1 tbsp fresh ginger, very finely chopped
2 garlic cloves, very finely chopped
salt (optional)
hoisin sauce (optional)
noodles or spaghetti (or other thin pasta)
Whisk together the oils, soy sauces, vinegar, fish sauce and sugar. Pour over the remaining ingredients and stir to combine.

Check the seasoning as you may need to add salt, despite the fact that soy sauce is quite salty.
Leave the sauce for about 20 minutes, so that all the flavours get to know each other. You can use immediately, although it’s better left to infuse.

For even more flavour, gently warm up the oils until they are hot but not smoking. Pour over the remaining ingredients to wilt the spring onions. Then stir in the soy sauce, vinegar, fish sauce and sugar. Set aside.

Cook the noodles according to the packet instructions. Drain. Or use yesterday’s leftover pasta. Cold spaghetti is perfectly acceptable, but refresh it first with boiling water, then drain.

Toss the noodles and add a dollop of hoisin sauce. Top with leftover roast meat.

3. Malaysian-style spicy fried noodles (mee goreng)

Malaysian-style fried noodles (mee goreng). Photograph: Rachel Kelly

Since this is a recipe for leftovers, it may lack authenticity. I use whatever I have that needs using up. So for example I used cooked spaghetti in place of noodles, leftover roast pork and some cooked chorizo. What is more important is the sauce that binds it all together; this is a sweet and salty taste of the Far East. It may sound like a lot of tomato ketchup to use, but it really does give you the right sort of flavour.
Serves 3 to 4

vegetable oil
2-3 garlic cloves, very finely chopped
cooked noodles or pasta (I used spaghetti)
leftover shredded cabbage
bean sprouts or other crunchy vegetables (carrots or peppers would be good too)
leftover roast meat (I used a mixture of roast pork and some chunks of cooked chorizo sausage)
50g cooked prawns, (optional)
omelette made from 2 eggs, cut into strips
2 tbsp dry sherry (or mirin or shaoxing wine)
4 spring onions, sliced, to serve
thinly sliced fried shallots, to serve (optional)
3 tbsp fish sauce
3 tbsp tomato ketchup
2 tbsp sweet chilli sauce (I used Lingham’s but Maggi or Sriracha would be good too)
1 tbsp ketjap manis or dark soy sauce
1/2 tsp sugar
salt, to taste
Combine all the salt ingredients together. Taste for seasoning and balance if necessary.
Heat about 2 tablespoons of oil in a large frying pan or wok.

Add the garlic, noodles (or spaghetti), meat, vegetables and prawns. Stir quickly and add about 100ml of water. Stir constantly until the water has evaporated.

Add the sauce and stir until well-combined. The sauce should cling to the noodles (or spaghetti).
Add the sherry and stir until the liquid is absorbed.

Serve with a sprinkling of sliced spring onions and cooked shallots.

4. Tuna pasta salad

Tuna pasta salad with nasturtiums. Photograph: Rachel Kelly

This bright and colourful salad is the very first pasta salad I ever made, nearly 30 years ago. I seem to remember that I found the recipe on the back of a packet of dried pasta! It’s the one I get asked to make most often for parties and barbecues. It also makes a great lunchbox salad as it is pretty robust and will stay fresh in the fridge for a couple of days. The tuna mixture also makes a great sandwich filling.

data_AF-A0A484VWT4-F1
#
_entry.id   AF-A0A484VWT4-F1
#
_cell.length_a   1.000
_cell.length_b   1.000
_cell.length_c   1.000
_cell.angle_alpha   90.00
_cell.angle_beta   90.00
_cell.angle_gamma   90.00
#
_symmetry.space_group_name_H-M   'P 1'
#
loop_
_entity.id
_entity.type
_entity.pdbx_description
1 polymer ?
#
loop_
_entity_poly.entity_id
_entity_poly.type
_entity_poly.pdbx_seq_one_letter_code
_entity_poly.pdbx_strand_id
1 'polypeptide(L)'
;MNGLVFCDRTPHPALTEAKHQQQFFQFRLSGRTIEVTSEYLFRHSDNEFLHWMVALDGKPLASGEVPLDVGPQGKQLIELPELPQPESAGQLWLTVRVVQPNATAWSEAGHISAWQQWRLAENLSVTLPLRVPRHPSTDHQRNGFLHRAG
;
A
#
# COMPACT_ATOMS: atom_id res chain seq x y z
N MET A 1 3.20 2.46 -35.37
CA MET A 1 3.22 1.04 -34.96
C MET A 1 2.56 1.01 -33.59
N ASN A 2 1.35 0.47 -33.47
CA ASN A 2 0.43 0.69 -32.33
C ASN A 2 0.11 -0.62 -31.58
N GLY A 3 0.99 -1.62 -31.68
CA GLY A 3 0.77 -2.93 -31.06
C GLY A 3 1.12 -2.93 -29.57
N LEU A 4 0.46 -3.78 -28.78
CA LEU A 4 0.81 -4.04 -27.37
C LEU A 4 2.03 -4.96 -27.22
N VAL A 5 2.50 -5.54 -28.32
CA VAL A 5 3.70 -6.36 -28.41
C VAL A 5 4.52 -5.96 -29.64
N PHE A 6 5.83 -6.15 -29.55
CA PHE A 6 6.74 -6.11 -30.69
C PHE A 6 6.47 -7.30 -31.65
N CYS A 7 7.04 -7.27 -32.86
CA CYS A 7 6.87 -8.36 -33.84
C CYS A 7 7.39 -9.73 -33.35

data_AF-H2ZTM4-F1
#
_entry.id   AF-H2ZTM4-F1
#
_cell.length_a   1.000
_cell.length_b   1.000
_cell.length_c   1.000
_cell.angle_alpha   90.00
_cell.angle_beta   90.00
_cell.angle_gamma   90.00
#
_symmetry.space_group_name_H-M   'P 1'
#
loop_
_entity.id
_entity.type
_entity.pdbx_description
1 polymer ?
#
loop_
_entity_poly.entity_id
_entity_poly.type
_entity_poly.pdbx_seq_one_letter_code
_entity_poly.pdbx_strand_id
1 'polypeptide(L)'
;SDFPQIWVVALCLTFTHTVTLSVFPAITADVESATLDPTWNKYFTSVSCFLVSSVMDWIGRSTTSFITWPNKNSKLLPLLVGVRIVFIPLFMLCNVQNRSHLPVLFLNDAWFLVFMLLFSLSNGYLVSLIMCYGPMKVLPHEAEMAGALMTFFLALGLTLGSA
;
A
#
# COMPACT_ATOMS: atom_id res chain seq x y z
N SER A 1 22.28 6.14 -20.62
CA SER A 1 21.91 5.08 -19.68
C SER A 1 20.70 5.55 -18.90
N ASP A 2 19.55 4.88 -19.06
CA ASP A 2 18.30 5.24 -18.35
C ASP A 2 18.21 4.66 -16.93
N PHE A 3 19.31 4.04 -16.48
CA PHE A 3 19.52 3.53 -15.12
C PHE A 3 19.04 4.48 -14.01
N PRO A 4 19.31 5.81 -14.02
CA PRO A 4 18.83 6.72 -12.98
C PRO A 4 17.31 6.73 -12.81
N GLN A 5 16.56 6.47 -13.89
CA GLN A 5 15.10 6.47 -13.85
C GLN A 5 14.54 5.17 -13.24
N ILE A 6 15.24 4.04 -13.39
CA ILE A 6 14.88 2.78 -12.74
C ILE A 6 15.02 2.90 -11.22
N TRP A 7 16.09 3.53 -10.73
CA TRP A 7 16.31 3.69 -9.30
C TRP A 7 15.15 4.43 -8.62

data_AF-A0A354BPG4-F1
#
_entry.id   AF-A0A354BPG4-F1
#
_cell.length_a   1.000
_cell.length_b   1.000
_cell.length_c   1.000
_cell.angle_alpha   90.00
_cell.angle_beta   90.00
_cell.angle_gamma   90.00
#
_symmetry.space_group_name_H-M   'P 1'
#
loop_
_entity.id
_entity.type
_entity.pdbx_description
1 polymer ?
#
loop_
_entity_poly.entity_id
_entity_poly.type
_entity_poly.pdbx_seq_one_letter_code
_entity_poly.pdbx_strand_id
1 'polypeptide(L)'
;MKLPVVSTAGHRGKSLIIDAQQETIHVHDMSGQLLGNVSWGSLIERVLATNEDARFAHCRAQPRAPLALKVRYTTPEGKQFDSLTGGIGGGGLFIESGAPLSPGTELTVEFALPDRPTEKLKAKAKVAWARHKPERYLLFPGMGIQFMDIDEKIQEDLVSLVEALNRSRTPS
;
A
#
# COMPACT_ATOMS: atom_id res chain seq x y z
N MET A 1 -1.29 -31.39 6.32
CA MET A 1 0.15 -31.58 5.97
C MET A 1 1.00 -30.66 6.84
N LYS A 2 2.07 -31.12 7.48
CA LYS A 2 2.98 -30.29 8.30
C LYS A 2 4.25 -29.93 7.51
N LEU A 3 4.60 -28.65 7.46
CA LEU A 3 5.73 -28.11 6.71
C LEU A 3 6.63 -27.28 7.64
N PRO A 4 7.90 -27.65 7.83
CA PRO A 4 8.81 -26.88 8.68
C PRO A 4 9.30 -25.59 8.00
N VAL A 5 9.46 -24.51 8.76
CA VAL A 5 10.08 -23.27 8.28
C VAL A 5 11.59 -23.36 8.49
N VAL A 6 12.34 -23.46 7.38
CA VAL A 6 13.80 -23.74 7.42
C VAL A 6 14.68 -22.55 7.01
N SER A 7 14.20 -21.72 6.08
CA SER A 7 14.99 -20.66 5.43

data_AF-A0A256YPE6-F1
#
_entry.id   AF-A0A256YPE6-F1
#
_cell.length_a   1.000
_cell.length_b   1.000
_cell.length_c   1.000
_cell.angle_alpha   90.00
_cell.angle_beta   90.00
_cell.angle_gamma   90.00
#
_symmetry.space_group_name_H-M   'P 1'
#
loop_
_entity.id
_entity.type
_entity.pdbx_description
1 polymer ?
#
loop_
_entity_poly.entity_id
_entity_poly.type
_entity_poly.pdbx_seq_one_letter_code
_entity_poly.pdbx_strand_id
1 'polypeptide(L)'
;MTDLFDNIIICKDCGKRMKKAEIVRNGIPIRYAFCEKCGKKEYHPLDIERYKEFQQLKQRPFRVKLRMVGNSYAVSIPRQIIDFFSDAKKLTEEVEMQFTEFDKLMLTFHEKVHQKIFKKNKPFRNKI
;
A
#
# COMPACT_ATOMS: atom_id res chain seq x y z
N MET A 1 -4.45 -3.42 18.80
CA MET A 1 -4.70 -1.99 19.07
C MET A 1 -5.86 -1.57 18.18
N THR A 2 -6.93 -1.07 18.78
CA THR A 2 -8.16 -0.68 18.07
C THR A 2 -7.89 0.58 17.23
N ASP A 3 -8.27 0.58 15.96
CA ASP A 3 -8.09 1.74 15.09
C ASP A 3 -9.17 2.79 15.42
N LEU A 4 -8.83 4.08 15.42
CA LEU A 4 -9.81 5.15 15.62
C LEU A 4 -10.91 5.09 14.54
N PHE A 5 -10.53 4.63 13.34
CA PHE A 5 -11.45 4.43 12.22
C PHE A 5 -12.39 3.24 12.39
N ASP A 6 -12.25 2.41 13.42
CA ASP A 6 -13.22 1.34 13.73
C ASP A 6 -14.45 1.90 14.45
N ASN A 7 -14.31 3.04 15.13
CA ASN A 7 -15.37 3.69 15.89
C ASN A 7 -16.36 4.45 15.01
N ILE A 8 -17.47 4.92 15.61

pasta shells
1 tin of tuna, drained and flaked (about 180g)
3 tbsp good-quality mayonnaise
2 tbsp plain yoghurt
salt and freshly ground black pepper
100g sweetcorn, (frozen or tinned are fine)
3-4 spring onions, sliced
1 small red pepper, chopped
Combine the mayonnaise with plain yoghurt. Stir through the flaked tuna.

Check the seasoning. (If you have used tuna that is preserved in brine, it is unlikely that you will need any extra salt.)

Add the colourful vegetables and stir to ensure that they are distributed through the salad. Add extra black pepper if you like.

Other ideas for using up pasta:

5. You really should try this amazing Persian soup from Yasmin Khan of The Saffron Tales. It would work perfectly with the odd ends of a packet of noodles or spaghetti, or equally well with cooked pasta. Another reason it caught my eye is the fact that many of the ingredients are store-cupboard ones from lentils to dried herbs and spices.

6. Try Simone of Simones Kitchen’s lovely and fresh-tasting gorgonzola and tomato salad.
7. I love Stacy of Food Lust People Love’s reinterpretation of pasta primavera with peas, yoghurt and feta.
8. Janice at Farmersgirl Kitchen’s chilli, pasta, fennel and walnut salad, which is just enough to give some zest on a spring day.
9. Shaheen at Allotment 2 Garden’s incredible roasted squash, red pepper and pasta loaf – a fabulous mixture of roasted vegetables, herbs and macaroni encased in shortcrust pastry.
10. What about Camilla at Fab Food 4 All’s quick and easy bacon, leek and pine nut pasta?
11. Dominic at Belleau Kitchen’s cheesy broccoli and pasta bake
12. Michael Toa’s penne alla vodka also uses up leftover vodka!
13. What about my own macaroni dish, which won Felicity Cloake’s heart and the Readers’ Recipe Swap award? It’s a trip around the Mediterranean using feta, chorizo and dill. It works, I promise you!
14. Pasta salad with a French vinaigrette dressing. One of my favourite pasta salads is one where the pasta is coated with a simple mustardy vinaigrette dressing while the pasta is still hot. I then add chopped tomatoes, cucumbers and red or yellow peppers.
15. I have a guilty secret. I love to make Asian-style soups with noodles, but instead of using noodles, I often use bucatini. This is the pasta that looks a bit like fat spaghetti (or even udon noodles), except it has a hole going all the way through the pasta. When you include it in a soup, the noodle acts as a sort of straw – I know it’s childish but it fills me with glee!